Archaeological studies of the Lamprey have shown that human presence along the river dates back more than 8600 years. Indigenous peoples were the original “summer people”, living inland in the winter and traveling to the Great Bay Estuary in summer. The people were probably from the Piscataqua or Squamscot tribes. They called themselves the Abenaki, or People of the Dawn, and belonged to the larger Algonquin group. The Lamprey, with its strong geographic connection to Great Bay, was a logical place to establish camps. The estuary provided abundant fish, shellfish, and water foul; all easily transported to camps via canoes on the river.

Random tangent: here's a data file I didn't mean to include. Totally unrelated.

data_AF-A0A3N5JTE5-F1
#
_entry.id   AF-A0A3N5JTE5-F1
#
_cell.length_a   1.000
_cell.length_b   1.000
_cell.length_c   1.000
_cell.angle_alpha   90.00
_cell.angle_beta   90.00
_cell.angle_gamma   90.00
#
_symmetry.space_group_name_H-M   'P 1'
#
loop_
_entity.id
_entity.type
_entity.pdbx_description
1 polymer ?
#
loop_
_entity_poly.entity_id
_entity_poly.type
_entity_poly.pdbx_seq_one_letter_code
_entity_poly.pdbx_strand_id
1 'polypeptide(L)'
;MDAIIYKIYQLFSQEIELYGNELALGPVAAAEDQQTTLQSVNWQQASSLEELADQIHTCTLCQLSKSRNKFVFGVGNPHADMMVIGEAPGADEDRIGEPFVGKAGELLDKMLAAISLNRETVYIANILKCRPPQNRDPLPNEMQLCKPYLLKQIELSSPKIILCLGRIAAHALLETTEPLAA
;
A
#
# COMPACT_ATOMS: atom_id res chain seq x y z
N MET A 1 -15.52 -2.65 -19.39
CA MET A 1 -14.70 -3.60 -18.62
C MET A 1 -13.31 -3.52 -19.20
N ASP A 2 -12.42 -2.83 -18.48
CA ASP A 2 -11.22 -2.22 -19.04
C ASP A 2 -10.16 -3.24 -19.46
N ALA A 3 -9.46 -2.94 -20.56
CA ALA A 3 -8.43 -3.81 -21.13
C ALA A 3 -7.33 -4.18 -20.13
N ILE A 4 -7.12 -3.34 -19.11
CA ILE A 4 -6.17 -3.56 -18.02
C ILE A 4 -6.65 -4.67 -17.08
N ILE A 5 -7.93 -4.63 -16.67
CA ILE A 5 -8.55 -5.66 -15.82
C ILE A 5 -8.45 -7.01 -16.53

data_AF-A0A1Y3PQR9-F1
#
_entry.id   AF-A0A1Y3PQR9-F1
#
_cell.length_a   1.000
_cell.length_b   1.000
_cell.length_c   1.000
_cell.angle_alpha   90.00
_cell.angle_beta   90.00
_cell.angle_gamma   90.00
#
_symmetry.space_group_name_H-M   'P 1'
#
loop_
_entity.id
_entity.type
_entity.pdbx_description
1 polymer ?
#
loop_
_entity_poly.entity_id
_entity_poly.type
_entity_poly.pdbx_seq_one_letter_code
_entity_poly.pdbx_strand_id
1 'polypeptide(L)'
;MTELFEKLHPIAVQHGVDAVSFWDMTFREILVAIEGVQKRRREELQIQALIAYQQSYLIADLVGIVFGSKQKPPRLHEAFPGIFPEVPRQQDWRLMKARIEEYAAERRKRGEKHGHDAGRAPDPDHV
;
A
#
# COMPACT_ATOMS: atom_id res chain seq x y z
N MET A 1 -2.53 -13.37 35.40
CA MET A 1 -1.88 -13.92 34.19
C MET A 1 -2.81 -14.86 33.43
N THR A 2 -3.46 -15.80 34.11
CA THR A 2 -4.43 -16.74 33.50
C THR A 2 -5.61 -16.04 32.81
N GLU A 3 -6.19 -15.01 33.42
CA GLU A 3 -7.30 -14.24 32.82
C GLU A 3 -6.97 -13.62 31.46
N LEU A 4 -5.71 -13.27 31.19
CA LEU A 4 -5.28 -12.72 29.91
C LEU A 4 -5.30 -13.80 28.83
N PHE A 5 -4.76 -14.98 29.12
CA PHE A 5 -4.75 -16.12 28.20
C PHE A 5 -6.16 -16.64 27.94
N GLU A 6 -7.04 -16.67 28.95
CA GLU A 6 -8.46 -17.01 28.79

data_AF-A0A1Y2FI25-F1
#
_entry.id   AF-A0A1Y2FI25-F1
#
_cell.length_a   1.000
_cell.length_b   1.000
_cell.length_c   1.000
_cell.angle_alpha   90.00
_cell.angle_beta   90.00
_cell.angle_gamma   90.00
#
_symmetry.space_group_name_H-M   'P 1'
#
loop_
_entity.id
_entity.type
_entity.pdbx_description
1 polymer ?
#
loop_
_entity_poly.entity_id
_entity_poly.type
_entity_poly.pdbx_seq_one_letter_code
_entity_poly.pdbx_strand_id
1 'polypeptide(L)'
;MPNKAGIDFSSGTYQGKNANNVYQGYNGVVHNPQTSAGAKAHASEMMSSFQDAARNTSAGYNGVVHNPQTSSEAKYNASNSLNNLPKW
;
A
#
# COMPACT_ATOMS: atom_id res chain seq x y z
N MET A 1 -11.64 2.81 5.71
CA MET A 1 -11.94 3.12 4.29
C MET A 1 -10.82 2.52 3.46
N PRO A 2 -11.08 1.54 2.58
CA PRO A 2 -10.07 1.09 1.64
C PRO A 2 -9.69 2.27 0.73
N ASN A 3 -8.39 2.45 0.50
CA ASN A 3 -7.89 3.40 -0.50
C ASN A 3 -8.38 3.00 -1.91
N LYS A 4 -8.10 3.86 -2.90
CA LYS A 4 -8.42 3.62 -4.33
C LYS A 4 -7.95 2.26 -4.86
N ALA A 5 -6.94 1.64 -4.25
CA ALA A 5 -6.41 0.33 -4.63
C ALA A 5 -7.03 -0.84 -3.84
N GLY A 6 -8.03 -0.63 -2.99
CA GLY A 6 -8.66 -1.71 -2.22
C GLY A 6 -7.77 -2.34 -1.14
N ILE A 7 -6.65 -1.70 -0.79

Early encounters with pre-colonial visitors from Europe often proved fatal for the indigenous populations. The diseases brought by European hunters and traders took a heavy toll on people who lacked immunity. When colonists arrived to settle the land in 1623, the population of local peoples had already been reduced significantly.
Initially, relations between indigenous and European peoples were friendly and based on trade. As more colonists arrived and shaped the land and relationships to meet their needs, conflicts grew between the two groups. By 1672, most indigenous peoples had left the area and had moved to the Hudson River, near what would become Troy, New York.
The New Hampshire Division of Historical resources considers the Lamprey's riverbanks to be archaeologically sensitive and to have a strong potential to possess previously unidentified sites that were used by indigenous peoples.